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Title (Primary) MEST mediates the impact of prenatal bisphenol A exposure on long-term body weight development
Author Junge, K.M.; Leppert, B.; Jahreis, S.; Wissenbach, D.K.; Feltens, R.; Grützmann, K.; Thürmann, L.; Bauer, T.; Ishaque, N.; Schick, M.; Bewerunge-Hudler, M.; Röder, S.; Bauer, M.; Schulz, A.; Borte, M.; Landgraf, K.; Körner, A.; Kiess, W.; von Bergen, M.; Stangl, G.I.; Trump, S.; Eils, R.; Polte, T.; Lehmann, I.;
Journal Clinical Epigenetics
Year 2018
Department IMMU; METABOX; MOLSYB;
Volume 10
Language englisch;
POF III (all) F11;
Keywords EDC – Prenatal exposure – Infants – Obesity – LINA – Mice – Mesenchymal stem cells – Epigenetics – DNA methylation – Adipogenesis
Abstract

Background

Exposure to endocrine-disrupting chemicals can alter normal physiology and increase susceptibility to non-communicable diseases like obesity. Especially the prenatal and early postnatal period is highly vulnerable to adverse effects by environmental exposure, promoting developmental reprogramming by epigenetic alterations. To obtain a deeper insight into the role of prenatal bisphenol A (BPA) exposure in children’s overweight development, we combine epidemiological data with experimental models and BPA-dependent DNA methylation changes.

Methods

BPA concentrations were measured in maternal urine samples of the LINA mother-child-study obtained during pregnancy (n = 552), and BPA-associated changes in cord blood DNA methylation were analyzed by Illumina Infinium HumanMethylation450 BeadChip arrays (n = 472). Methylation changes were verified by targeted MassARRAY analyses, assessed for their functional translation by qPCR and correlated with children’s body mass index (BMI) z scores at the age of 1 and 6 years. Further, female BALB/c mice were exposed to BPA from 1 week before mating until delivery, and weight development of their pups was monitored (n ≥ 8/group). Additionally, human adipose-derived mesenchymal stem cells were treated with BPA during the adipocyte differentiation period and assessed for exposure-related epigenetic, transcriptional and morphological changes (n = 4).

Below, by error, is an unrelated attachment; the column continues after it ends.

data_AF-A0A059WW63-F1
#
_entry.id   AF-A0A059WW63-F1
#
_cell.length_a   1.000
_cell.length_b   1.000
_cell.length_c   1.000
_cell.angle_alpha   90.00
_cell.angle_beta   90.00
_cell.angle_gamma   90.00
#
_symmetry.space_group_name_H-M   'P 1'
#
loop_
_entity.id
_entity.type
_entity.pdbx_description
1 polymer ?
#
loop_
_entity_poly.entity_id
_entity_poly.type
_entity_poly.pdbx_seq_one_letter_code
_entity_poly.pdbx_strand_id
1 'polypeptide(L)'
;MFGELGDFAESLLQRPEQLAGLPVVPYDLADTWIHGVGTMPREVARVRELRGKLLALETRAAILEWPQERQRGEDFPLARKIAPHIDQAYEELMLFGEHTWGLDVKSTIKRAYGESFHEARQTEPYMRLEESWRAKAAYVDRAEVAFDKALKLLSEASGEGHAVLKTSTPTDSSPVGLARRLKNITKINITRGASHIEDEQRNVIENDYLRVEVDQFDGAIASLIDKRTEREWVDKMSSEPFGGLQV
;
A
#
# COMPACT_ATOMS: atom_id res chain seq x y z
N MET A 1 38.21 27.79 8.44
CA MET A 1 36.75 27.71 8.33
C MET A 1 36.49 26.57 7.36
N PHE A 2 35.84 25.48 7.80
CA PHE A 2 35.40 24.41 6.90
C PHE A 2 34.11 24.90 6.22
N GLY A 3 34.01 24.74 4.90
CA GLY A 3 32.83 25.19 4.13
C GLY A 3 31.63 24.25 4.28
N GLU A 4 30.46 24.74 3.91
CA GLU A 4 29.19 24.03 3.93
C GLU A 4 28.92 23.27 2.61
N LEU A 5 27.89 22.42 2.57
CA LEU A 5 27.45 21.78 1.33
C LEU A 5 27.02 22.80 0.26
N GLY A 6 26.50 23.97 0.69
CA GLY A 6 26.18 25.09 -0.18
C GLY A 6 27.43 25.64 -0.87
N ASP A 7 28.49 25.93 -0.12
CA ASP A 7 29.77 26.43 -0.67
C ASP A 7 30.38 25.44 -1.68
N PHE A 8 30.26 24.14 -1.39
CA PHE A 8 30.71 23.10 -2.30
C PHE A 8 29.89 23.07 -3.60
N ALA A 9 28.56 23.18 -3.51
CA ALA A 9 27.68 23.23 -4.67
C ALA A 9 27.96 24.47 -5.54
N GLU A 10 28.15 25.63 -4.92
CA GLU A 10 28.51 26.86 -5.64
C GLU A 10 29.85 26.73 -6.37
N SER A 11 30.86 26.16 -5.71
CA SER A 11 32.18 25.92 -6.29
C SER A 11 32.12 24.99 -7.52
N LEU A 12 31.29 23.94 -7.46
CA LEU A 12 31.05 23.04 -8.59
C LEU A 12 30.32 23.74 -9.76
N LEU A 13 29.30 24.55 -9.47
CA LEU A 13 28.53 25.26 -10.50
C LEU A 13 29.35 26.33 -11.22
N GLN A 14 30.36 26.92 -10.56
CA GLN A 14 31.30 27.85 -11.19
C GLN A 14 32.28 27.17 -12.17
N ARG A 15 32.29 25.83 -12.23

Results

In prenatally BPA-exposed children two CpG sites with deviating cord blood DNA-methylation profiles were identified, among them a hypo-methylated CpG in the promoter of the obesity-associated mesoderm-specific transcript (MEST). A mediator analysis suggested that prenatal BPA exposure was connected to cord blood MEST promoter methylation and MEST expression as well as BMI z scores in early infancy. This effect could be confirmed in mice in which prenatal BPA exposure altered Mest promoter methylation and transcription with a concomitant increase in the body weight of the juvenile offspring. An experimental model of in vitro differentiated human mesenchymal stem cells also revealed an epigenetically induced MEST expression and enhanced adipogenesis following BPA exposure.

Conclusions

Our study provides evidence that MEST mediates the impact of prenatal BPA exposure on long-term body weight development in offspring by triggering adipocyte differentiation.

ID 20268
Persistent UFZ Identifier http://www.ufz.de/index.php?en=20939&ufzPublicationIdentifier=20268
Junge, K.M., Leppert, B., Jahreis, S., Wissenbach, D.K., Feltens, R., Grützmann, K., Thürmann, L., Bauer, T., Ishaque, N., Schick, M., Bewerunge-Hudler, M., Röder, S., Bauer, M., Schulz, A., Borte, M., Landgraf, K., Körner, A., Kiess, W., von Bergen, M., Stangl, G.I., Trump, S., Eils, R., Polte, T., Lehmann, I. (2018):
MEST mediates the impact of prenatal bisphenol A exposure on long-term body weight development
Clin. Epigenetics 10 , art. 58